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In January of this year, the Congress of the United States had adopted the amendment to the Constitution abolishing slavery and involuntary servitude, except for crime. On the 1st of February, the Governor telegraphed to President Lincoln,—

Will you telegraph so that I may know as nearly as possible the moment you will sign the resolution for amending the Constitution? I desire to echo it immediately by a national salute on Boston Common, with a chorus of all the church-bells of Massachusetts.

On the 3d of February, the Governor telegraphed to President Lincoln,—

Massachusetts has to-day ratified the constitutional amendment abolishing slavery, by a unanimous yea and nay vote of both branches of the Legislature; the Democrats voting affirmatively.

About the middle of February, a proposition was made, in the Senate of the United States, to repeal the law allowing the loyal States to enlist colored men for their quotas in the rebel States. Among the Senators who advocated the proposition was Mr. Saulsbury, of Delaware. In the course of his speech, he arraigned the government of Massachusetts as ‘selfishly endeavoring to get colored troops to its own credit against the public interest; that it was trying to recruit men in Savannah ahead of the United States;’ and this was made the ground for repealing the section allowing recruiting in rebel States. On the 18th of February, the Governor wrote to John B. Alley, Representative in Congress from the Essex district, calling his attention to Mr. Saulsbury's speech, and said,—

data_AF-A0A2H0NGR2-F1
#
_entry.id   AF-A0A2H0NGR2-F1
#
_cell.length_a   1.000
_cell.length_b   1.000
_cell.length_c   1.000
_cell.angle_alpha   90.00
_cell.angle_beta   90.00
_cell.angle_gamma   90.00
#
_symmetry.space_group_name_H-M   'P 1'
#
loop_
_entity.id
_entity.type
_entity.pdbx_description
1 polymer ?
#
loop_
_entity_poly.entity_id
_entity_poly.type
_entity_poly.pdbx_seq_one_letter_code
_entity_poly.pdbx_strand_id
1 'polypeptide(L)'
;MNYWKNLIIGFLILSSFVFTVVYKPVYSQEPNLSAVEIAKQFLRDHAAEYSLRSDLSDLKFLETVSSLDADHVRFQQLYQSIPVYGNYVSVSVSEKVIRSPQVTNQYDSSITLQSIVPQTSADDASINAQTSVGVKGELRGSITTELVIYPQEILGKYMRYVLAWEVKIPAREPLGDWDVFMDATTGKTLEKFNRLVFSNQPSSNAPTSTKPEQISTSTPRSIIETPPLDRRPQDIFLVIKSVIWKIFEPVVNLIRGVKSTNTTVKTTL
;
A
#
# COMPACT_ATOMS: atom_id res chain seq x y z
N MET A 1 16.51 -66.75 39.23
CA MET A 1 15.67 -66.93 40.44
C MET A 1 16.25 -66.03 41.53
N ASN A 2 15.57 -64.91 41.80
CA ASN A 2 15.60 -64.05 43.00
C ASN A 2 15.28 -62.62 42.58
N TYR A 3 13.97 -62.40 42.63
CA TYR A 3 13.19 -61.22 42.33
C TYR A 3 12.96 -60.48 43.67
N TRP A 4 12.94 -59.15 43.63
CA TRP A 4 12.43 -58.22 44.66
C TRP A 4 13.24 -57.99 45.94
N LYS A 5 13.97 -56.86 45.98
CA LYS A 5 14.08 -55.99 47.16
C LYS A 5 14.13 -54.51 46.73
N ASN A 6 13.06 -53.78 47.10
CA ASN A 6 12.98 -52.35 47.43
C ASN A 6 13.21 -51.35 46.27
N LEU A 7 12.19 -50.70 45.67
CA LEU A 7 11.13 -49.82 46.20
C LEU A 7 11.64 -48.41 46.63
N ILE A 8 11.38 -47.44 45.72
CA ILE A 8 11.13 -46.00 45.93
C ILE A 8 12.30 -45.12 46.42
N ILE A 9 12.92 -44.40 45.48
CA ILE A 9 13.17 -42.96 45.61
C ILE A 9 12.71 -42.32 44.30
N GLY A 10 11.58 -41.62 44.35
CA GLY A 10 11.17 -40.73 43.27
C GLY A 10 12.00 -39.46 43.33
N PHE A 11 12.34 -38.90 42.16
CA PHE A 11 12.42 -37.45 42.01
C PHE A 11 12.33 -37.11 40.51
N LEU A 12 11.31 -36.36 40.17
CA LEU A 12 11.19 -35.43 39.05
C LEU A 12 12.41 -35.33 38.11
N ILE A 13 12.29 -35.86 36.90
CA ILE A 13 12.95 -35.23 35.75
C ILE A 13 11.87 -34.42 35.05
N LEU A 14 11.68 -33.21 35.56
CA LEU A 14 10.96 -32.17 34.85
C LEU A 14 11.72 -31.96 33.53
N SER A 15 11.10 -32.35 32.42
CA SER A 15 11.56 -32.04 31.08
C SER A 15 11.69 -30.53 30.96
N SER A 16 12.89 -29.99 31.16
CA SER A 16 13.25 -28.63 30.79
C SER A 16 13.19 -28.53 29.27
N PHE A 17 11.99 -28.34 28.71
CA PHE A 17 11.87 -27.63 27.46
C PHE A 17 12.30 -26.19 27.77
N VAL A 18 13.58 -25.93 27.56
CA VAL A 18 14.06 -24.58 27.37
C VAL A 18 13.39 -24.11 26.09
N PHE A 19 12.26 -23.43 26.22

As the matter will be sure to come up in the House, I want our delegation to know that I in fact tried hard to push on and forward the United-States War Department itself. I did not try to get my officers in ahead of Mr. Stanton's. What I always aim at and want is, first, the recruitment of the army; second, the employment of colored troops; third, the procuring of men to the credit of Massachusetts. I pray you to read these papers, and protect the right as occasion may offer.

The protection of Boston Harbor, as the readers of this volume may know, was one of the darling objects of the Governor from the beginning of the war. Through the agency of John

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